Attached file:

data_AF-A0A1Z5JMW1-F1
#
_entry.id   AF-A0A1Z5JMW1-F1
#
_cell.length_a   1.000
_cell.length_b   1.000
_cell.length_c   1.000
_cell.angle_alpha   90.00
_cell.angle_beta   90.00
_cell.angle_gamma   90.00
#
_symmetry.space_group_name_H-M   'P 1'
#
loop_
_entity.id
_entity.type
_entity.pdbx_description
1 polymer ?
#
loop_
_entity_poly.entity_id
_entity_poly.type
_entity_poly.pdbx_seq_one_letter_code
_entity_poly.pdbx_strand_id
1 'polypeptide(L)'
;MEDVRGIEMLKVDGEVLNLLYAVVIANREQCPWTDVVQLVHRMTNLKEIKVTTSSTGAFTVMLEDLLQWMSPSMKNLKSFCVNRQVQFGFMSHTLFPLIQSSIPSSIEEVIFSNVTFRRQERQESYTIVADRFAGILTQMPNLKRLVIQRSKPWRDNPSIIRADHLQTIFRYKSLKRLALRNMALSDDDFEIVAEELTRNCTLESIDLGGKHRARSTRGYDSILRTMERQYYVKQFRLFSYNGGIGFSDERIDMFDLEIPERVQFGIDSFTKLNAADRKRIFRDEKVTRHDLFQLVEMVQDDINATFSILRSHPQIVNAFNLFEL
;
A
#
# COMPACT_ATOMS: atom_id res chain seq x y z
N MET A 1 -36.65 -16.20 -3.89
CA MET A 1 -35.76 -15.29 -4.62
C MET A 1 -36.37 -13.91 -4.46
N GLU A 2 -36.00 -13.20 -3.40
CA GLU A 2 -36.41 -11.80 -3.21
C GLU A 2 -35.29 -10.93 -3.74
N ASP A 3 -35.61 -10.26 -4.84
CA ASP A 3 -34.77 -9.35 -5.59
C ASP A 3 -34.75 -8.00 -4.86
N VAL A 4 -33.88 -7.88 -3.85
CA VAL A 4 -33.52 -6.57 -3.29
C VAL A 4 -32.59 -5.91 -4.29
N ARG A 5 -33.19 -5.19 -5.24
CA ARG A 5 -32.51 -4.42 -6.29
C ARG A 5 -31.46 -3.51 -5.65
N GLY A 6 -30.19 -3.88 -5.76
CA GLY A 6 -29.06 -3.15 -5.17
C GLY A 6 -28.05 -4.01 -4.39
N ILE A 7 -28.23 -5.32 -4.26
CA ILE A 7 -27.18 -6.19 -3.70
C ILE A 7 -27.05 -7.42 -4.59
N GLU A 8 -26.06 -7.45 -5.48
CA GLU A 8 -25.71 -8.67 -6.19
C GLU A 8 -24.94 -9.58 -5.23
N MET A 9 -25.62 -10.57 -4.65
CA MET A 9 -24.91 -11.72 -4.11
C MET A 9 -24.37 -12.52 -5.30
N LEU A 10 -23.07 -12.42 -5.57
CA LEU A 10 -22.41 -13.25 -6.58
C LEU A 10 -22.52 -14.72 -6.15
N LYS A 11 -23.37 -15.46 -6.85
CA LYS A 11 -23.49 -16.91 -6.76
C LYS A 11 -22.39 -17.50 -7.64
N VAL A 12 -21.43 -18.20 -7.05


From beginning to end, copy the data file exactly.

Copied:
data_AF-A0A1Z5JMW1-F1
#
_entry.id   AF-A0A1Z5JMW1-F1
#
_cell.length_a   1.000
_cell.length_b   1.000
_cell.length_c   1.000
_cell.angle_alpha   90.00
_cell.angle_beta   90.00
_cell.angle_gamma   90.00
#
_symmetry.space_group_name_H-M   'P 1'
#
loop_
_entity.id
_entity.type
_entity.pdbx_description
1 polymer ?
#
loop_
_entity_poly.entity_id
_entity_poly.type
_entity_poly.pdbx_seq_one_letter_code
_entity_poly.pdbx_strand_id
1 'polypeptide(L)'
;MEDVRGIEMLKVDGEVLNLLYAVVIANREQCPWTDVVQLVHRMTNLKEIKVTTSSTGAFTVMLEDLLQWMSPSMKNLKSFCVNRQVQFGFMSHTLFPLIQSSIPSSIEEVIFSNVTFRRQERQESYTIVADRFAGILTQMPNLKRLVIQRSKPWRDNPSIIRADHLQTIFRYKSLKRLALRNMALSDDDFEIVAEELTRNCTLESIDLGGKHRARSTRGYDSILRTMERQYYVKQFRLFSYNGGIGFSDERIDMFDLEIPERVQFGIDSFTKLNAADRKRIFRDEKVTRHDLFQLVEMVQDDINATFSILRSHPQIVNAFNLFEL
;
A
#
# COMPACT_ATOMS: atom_id res chain seq x y z
N MET A 1 -36.65 -16.20 -3.89
CA MET A 1 -35.76 -15.29 -4.62
C MET A 1 -36.37 -13.91 -4.46
N GLU A 2 -36.00 -13.20 -3.40
CA GLU A 2 -36.41 -11.80 -3.21
C GLU A 2 -35.29 -10.93 -3.74
N ASP A 3 -35.61 -10.26 -4.84
CA ASP A 3 -34.77 -9.35 -5.59
C ASP A 3 -34.75 -8.00 -4.86
N VAL A 4 -33.88 -7.88 -3.85
CA VAL A 4 -33.52 -6.57 -3.29
C VAL A 4 -32.59 -5.91 -4.29
N ARG A 5 -33.19 -5.19 -5.24
CA ARG A 5 -32.51 -4.42 -6.29
C ARG A 5 -31.46 -3.51 -5.65
N GLY A 6 -30.19 -3.88 -5.76
CA GLY A 6 -29.06 -3.15 -5.17
C GLY A 6 -28.05 -4.01 -4.39
N ILE A 7 -28.23 -5.32 -4.26
CA ILE A 7 -27.18 -6.19 -3.70
C ILE A 7 -27.05 -7.42 -4.59
N GLU A 8 -26.06 -7.45 -5.48
CA GLU A 8 -25.71 -8.67 -6.19
C GLU A 8 -24.94 -9.58 -5.23
N MET A 9 -25.62 -10.57 -4.65
CA MET A 9 -24.91 -11.72 -4.11
C MET A 9 -24.37 -12.52 -5.30
N LEU A 10 -23.07 -12.42 -5.57
CA LEU A 10 -22.41 -13.25 -6.58
C LEU A 10 -22.52 -14.72 -6.15
N LYS A 11 -23.37 -15.46 -6.85
CA LYS A 11 -23.49 -16.91 -6.76
C LYS A 11 -22.39 -17.50 -7.64
N VAL A 12 -21.43 -18.20 -7.05